This is likely because it is not clear whether T is a value type or reference type. The creation of these two types in a non-generic scenario produce very different IL. In the face of this ambiguity, C# is forced to use a universal method of type creation. Activator.CreateInstance fits the bill.

Quick experimentation appears to support this idea. If you type in the following code and examine the IL, it will use initobj instead of CreateInstance because there is no ambiguity on the type.

static void Create<T>()
    where T : struct
{
    var x = new T();
    Console.WriteLine(x.ToString());
}

Switching it to a class and new() constraint though still forces an Activator.CreateInstance.

Can the generic Activator.CreateInstance<T> overload be optimized , Would seem to be worth it since this is an intrinsic met CreateInstance for generic classes with the "new()" type constraint. CreateInstance when calling the paramtereless constructor using dynamic code CreateInstance<T>() gets emitted by the compiler when instantiation occurs on a generic type  Problem with Activator.CreateInstance in C#. C# / C Sharp Forums on Bytes. Need help? Post your question and get tips & solutions from a community of 456,769 IT Pros & Developers.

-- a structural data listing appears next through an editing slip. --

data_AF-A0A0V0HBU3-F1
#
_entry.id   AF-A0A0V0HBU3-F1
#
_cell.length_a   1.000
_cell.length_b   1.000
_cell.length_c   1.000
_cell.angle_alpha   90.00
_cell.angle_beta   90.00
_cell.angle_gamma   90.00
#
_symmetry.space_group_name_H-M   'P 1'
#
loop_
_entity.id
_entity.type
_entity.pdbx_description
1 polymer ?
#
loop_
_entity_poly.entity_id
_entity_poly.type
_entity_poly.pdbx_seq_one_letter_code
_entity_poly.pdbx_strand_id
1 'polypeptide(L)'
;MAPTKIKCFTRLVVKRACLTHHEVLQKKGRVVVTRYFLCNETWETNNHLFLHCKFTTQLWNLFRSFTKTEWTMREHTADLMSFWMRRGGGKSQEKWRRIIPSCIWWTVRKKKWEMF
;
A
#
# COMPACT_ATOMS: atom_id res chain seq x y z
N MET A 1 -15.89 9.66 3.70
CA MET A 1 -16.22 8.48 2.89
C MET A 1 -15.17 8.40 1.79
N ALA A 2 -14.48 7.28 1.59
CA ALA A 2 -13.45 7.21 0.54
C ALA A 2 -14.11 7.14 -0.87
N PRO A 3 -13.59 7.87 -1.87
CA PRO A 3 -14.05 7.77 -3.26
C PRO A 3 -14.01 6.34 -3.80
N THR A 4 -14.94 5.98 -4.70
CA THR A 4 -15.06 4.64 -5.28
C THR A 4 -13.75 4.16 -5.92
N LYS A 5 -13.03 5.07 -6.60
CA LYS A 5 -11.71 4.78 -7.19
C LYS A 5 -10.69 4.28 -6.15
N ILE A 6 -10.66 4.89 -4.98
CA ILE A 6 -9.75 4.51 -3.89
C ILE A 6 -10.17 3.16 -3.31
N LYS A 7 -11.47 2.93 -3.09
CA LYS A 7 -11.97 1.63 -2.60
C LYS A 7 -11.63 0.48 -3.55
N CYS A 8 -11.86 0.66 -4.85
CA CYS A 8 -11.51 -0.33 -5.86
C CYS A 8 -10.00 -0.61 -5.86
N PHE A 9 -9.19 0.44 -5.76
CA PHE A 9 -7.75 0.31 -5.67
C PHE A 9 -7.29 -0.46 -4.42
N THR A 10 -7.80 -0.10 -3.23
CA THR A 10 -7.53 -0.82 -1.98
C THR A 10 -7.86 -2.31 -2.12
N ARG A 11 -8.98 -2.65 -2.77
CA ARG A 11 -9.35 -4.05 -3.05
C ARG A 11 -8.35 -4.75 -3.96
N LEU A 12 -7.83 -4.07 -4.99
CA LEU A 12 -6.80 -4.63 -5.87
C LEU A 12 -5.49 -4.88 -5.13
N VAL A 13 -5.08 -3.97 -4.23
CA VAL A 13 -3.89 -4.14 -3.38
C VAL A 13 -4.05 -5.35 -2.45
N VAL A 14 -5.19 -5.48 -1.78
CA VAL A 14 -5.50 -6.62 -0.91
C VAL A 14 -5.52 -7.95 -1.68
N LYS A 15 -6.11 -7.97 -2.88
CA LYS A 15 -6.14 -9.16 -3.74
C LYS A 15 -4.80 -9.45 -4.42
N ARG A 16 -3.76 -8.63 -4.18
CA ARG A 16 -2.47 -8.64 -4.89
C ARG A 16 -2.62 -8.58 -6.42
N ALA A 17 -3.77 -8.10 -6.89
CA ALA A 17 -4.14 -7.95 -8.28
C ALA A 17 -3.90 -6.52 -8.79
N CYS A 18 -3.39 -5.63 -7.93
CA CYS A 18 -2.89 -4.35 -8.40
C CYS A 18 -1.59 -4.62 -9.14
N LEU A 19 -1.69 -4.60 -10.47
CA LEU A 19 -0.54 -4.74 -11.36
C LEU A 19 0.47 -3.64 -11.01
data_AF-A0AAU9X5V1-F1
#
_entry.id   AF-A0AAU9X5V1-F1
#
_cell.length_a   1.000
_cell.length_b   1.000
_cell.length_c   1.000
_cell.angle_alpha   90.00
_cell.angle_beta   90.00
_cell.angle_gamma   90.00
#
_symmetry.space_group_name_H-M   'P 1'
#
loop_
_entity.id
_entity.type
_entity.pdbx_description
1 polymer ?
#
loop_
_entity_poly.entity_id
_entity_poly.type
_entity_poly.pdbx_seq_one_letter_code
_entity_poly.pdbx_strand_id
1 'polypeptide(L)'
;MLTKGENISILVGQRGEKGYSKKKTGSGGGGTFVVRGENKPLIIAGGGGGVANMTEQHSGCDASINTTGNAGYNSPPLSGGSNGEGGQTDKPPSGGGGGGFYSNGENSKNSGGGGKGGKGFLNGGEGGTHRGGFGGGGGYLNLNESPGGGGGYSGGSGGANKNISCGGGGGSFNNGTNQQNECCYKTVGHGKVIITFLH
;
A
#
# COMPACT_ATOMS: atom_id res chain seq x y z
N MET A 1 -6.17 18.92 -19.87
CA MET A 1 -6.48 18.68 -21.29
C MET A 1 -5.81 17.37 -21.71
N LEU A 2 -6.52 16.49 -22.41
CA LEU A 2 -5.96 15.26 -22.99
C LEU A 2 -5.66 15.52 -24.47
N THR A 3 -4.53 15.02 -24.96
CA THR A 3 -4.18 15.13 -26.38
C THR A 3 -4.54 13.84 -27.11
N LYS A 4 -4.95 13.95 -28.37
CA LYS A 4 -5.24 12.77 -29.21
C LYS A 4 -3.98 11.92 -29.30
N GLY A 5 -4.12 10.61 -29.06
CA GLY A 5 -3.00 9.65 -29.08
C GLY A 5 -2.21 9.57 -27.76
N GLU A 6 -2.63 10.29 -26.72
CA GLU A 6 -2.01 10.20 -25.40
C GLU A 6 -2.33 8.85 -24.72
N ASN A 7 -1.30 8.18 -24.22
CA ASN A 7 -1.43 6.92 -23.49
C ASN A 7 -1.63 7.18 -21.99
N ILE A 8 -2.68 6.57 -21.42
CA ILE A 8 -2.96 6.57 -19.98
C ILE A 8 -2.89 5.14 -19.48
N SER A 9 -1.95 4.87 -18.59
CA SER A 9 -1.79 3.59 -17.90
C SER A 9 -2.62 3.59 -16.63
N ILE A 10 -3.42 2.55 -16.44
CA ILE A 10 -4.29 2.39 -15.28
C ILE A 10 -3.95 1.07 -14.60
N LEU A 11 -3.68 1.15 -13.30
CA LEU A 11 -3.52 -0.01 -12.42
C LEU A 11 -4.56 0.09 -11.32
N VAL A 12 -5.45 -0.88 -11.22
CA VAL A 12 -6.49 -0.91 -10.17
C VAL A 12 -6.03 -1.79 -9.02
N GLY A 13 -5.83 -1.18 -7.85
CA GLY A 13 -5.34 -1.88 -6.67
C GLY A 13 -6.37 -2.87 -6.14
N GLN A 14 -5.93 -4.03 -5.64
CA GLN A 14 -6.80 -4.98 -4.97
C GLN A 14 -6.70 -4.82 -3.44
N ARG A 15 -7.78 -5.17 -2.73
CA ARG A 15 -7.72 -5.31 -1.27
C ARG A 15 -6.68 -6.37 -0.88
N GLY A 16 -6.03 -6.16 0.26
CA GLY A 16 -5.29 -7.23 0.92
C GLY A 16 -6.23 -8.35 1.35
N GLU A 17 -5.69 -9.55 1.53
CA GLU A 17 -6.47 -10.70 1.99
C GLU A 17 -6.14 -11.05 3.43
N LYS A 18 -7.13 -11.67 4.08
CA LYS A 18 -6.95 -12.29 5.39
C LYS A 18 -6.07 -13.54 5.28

Why is this workaround necessary?

Because the new() generic constraint was added to C# 2.0 in .NET 2.0.

Expression<T> and friends, meanwhile, were added to .NET 3.5.

So your workaround is necessary because it wasn't possible in .NET 2.0. Meanwhile, (1) using Activator.CreateInstance() was possible, and (2) IL lacks a way to implement 'new T()', so Activator.CreateInstance() was used to implement that behavior.

How to: Define a Generic Method with Reflection Emit, A method is not generic just because it belongs to a generic type and uses the [] tarray) where TOutput : class, ICollection<TInput>, new() { TOutput ret = new When you emit calls to methods of generic types, and the type arguments of C#​. VB. MethodInfo createInst = typeof(Activator).GetMethod("CreateInstance", Type. How to emit compiler warnings and errors in C# .NET February 25, 2015 2 Comments In this post we saw how to use the “if” preprocessor in Visual Studio to “communicate” with the compiler.